Now that I’ve nailed down which apps are going to remind me of what I need to do and when (Todoist & Asana), I find there’s often the need to capture and store information or lists in some way. Pen and paper still works (as it does for most of these apps), but it can sometimes be difficult to sort, file, and retrieve when you have a lot of notes written on scrap paper all over your desk. This is when the capturing and storage (see below) apps come to the rescue.
Evernote is pretty much the gold standard for ubiquitous capture. It is a file cabinet for anything and everything. You can add pictures, PDFs, text lists, screen shots, emails, and the list goes on and on and on. Evernote is the place for ideas, records, receipts, web clippings, etc. I’m actually writing this post in Evernote. When I don’t know where to put something that I may need later, I put it in Evernote because the search feature allows me to pretty much find anything even if I can’t remember where I filed it. There are so many things Evernote can do books have been written about it, and I may dedicate a post to it in the future, but if you haven’t already set up an account, you should do that now.
p.s. You can get a free month of Evernote Premium by clicking here.
While Evernote is the place to capture pretty much any note, list, or other information you want to reference later, you’ll still need a place to store larger and more official file types like Videos (.mp4), Documents (.doc), and Images (.jpg). Enter Dropbox. There are alternatives out there (Box and OneDrive come to mind), but Dropbox was first, and it’s been my go to for some time now. I rarely save anything to my actual computer hard drive and pretty much trust Dropbox with all of my digital files. Obviously, a regularly scheduled back-up is a good idea, but if you’re looking for a place to store files that can then be accessed anywhere on any device, Dropbox is the way to go.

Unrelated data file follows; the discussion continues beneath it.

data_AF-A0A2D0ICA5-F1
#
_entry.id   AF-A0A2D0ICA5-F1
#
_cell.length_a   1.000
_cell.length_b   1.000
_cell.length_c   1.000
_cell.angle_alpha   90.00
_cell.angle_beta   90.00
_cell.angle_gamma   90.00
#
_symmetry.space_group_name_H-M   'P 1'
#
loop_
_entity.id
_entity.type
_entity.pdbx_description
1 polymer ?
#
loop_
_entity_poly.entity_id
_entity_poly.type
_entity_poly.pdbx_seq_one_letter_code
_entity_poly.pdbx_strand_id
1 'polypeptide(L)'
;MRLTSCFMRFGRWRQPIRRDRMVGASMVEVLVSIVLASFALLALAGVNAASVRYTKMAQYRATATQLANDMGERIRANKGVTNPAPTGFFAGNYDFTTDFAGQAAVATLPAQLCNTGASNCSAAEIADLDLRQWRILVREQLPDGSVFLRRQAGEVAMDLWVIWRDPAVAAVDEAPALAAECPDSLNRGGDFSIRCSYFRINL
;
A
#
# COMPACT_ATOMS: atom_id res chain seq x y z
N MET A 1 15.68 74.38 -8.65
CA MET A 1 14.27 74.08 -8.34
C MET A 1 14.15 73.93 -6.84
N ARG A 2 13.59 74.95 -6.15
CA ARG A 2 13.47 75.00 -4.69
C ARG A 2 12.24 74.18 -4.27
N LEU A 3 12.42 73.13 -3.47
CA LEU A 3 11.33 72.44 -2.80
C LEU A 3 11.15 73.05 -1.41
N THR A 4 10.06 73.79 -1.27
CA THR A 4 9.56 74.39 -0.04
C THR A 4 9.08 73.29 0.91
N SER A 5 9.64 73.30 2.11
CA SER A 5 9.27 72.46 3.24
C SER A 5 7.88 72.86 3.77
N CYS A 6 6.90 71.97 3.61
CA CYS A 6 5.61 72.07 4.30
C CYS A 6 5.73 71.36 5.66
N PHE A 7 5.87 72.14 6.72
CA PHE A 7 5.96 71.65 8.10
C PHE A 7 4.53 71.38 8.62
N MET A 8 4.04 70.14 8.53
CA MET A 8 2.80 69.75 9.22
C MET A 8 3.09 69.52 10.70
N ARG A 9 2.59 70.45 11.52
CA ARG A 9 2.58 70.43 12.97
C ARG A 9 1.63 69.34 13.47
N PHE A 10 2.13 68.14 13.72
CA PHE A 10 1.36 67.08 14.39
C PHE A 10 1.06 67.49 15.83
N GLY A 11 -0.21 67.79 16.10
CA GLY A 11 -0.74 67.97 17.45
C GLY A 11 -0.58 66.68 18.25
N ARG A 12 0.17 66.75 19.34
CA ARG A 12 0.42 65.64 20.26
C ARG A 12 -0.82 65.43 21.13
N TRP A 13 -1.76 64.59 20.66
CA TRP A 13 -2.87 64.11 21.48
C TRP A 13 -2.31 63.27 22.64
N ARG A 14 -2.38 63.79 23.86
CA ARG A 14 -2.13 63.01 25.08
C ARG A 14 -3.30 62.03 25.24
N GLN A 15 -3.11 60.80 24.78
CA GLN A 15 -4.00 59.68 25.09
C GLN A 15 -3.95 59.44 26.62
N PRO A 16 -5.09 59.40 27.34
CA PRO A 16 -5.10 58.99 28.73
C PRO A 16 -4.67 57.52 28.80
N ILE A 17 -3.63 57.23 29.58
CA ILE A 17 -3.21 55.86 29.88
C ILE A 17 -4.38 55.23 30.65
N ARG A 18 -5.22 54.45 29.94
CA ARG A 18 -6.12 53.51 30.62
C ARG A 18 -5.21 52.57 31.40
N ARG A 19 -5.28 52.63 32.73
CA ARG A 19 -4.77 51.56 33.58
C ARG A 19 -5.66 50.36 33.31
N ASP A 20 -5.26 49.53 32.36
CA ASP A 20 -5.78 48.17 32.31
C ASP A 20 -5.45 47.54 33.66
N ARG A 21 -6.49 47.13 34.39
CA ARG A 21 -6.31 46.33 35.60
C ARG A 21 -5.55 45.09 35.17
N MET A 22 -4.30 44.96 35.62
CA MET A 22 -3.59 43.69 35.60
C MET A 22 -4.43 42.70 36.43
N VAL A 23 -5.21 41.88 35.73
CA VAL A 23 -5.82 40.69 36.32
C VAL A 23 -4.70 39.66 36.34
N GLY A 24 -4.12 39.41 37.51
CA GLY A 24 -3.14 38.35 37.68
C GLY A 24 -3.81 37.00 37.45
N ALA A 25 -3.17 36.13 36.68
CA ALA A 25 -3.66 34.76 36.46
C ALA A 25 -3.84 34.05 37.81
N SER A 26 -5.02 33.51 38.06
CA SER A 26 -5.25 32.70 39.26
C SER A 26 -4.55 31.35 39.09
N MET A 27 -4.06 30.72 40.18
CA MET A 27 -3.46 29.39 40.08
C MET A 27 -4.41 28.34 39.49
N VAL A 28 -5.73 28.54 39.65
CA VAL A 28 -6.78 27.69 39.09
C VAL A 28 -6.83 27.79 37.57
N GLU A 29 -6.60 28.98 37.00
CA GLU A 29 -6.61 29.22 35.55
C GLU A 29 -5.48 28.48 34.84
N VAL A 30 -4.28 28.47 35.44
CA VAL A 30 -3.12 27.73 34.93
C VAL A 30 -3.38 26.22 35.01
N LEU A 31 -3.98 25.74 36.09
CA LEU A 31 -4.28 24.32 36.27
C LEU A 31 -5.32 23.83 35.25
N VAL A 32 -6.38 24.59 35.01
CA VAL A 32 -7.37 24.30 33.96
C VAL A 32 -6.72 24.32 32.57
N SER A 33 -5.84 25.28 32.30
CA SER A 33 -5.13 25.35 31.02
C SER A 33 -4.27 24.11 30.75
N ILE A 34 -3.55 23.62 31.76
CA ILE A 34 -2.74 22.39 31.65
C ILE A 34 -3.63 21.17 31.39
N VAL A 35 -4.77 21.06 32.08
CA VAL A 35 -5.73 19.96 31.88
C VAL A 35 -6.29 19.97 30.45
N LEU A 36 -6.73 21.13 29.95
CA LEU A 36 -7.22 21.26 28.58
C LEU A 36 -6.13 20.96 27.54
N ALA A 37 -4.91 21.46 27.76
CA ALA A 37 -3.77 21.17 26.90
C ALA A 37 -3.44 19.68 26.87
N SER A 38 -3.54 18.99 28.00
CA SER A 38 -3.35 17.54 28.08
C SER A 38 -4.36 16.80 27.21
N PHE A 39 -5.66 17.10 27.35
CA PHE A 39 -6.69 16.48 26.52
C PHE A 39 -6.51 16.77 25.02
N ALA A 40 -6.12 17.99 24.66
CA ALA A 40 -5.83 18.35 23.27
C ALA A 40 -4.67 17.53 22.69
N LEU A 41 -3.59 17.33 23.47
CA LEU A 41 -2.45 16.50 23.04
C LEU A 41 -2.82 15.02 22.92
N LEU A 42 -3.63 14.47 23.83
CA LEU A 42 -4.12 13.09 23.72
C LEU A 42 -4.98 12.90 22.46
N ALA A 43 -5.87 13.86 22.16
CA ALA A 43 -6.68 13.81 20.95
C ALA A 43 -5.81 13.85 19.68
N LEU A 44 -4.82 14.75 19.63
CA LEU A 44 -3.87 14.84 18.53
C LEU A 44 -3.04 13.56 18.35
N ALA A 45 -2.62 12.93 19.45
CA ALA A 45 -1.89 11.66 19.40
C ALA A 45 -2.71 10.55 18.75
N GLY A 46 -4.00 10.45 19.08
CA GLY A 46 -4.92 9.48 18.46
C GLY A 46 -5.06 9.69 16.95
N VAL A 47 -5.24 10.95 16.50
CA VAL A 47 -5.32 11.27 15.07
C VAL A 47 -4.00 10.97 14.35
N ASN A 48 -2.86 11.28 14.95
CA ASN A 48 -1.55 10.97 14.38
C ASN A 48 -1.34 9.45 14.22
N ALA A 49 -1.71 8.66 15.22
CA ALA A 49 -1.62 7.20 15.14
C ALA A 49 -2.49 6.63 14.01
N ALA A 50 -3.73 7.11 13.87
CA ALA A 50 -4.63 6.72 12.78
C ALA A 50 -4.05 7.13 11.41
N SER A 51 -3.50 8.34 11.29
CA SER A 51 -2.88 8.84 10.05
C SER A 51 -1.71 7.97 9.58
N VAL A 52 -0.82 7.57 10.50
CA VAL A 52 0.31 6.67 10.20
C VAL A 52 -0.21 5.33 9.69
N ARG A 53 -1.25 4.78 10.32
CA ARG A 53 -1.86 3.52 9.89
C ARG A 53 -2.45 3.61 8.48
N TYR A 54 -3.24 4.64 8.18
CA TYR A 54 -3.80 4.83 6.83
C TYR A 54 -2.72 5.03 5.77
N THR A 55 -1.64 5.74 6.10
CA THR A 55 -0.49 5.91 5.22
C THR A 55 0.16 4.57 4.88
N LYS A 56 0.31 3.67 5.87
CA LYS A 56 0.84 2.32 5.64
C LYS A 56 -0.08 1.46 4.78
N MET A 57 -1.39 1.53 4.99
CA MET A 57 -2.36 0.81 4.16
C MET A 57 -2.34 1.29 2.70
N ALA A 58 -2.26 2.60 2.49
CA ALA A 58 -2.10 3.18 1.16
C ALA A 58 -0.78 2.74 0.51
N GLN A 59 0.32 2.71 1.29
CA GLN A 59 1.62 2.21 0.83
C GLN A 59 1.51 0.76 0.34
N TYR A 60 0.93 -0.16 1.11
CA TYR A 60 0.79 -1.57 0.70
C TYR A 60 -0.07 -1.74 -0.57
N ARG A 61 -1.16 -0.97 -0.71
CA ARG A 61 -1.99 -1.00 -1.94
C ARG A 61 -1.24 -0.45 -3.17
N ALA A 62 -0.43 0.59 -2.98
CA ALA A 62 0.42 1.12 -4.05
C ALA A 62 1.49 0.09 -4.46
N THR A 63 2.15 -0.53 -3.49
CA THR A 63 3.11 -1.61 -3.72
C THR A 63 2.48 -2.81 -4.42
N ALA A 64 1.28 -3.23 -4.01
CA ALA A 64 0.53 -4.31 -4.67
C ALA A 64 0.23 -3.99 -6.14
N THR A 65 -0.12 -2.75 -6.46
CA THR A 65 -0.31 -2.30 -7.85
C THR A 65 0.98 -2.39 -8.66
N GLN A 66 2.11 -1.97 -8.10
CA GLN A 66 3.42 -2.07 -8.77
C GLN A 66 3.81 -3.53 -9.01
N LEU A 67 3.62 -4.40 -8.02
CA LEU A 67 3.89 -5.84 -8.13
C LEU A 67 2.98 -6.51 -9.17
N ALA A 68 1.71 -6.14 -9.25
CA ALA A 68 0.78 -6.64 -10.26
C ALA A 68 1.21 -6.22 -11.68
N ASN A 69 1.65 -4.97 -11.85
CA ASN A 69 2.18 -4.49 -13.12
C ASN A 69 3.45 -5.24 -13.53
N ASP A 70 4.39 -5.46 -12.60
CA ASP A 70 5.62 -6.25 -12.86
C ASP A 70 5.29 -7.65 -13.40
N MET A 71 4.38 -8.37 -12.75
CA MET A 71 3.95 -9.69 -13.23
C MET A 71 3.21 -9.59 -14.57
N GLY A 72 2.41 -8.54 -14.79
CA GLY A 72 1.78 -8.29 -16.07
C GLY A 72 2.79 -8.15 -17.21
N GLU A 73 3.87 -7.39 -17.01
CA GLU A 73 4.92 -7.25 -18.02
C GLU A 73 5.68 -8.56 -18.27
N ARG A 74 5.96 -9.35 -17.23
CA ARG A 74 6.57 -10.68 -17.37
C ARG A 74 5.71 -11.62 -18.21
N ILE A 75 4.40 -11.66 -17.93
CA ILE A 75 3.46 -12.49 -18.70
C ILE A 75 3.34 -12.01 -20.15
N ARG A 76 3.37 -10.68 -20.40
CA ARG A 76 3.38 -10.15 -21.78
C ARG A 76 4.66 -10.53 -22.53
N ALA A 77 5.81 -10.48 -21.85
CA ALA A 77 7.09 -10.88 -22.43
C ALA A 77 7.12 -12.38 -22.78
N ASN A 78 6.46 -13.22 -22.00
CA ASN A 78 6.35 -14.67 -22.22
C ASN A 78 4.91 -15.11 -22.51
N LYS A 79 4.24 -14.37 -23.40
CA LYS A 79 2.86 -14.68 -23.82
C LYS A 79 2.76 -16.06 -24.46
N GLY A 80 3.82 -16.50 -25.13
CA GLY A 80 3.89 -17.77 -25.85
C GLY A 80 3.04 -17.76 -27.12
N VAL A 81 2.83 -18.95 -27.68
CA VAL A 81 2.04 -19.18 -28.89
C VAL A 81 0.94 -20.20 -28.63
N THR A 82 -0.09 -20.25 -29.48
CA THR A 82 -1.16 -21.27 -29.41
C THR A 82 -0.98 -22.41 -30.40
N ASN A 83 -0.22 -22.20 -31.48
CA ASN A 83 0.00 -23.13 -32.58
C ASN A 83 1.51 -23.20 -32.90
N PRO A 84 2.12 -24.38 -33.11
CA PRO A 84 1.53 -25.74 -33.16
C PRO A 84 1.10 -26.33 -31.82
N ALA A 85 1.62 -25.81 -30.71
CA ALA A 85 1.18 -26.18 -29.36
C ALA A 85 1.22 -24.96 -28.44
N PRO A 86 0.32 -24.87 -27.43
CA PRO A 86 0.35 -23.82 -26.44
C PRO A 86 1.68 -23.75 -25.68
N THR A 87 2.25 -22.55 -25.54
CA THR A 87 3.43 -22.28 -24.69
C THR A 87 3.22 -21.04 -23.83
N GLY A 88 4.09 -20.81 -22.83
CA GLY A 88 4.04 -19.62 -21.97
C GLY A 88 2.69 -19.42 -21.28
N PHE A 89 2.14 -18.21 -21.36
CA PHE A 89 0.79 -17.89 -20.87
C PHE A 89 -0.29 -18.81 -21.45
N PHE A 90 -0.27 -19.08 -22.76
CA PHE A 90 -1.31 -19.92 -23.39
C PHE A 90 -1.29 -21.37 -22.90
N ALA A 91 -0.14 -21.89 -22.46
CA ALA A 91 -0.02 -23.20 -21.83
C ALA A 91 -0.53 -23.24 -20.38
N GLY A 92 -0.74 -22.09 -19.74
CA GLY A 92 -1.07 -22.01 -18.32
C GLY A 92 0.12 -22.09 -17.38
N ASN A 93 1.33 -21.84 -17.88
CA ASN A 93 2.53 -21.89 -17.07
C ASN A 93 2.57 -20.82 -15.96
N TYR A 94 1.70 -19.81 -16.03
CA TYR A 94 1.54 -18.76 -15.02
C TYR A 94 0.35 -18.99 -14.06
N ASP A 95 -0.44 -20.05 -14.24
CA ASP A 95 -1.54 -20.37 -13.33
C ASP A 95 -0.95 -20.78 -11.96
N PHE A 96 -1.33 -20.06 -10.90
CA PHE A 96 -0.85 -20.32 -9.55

Pictures: Google Photos
Google Photos is worth a mention here because if you’re anything like me, managing all of those pictures we take with our cell phones can be overwhelming. That’s why I’ve set up my phone to automagically upload every picture I take to my Google account in Google Photos (this can be done by downloading the Google Photos app and checking the settings). My pictures are then searchable by date, and I can go in later to download, share, or delete until my heart’s content.
Graphic Design: Canva
I am not a graphic designer. I don’t have the extra cash or the need to pay for an expensive Adobe product, not to mention how little I would know about how to use it. That’s why Canva has been such a welcome addition to my app library. This one is a web app only, but it has given me the ability to design slides, blog headers, and social media graphics as easily as I can drag and drop. If you ever have a need to create a custom graphic but don’t know where to start, you should definitely take a look at Canva.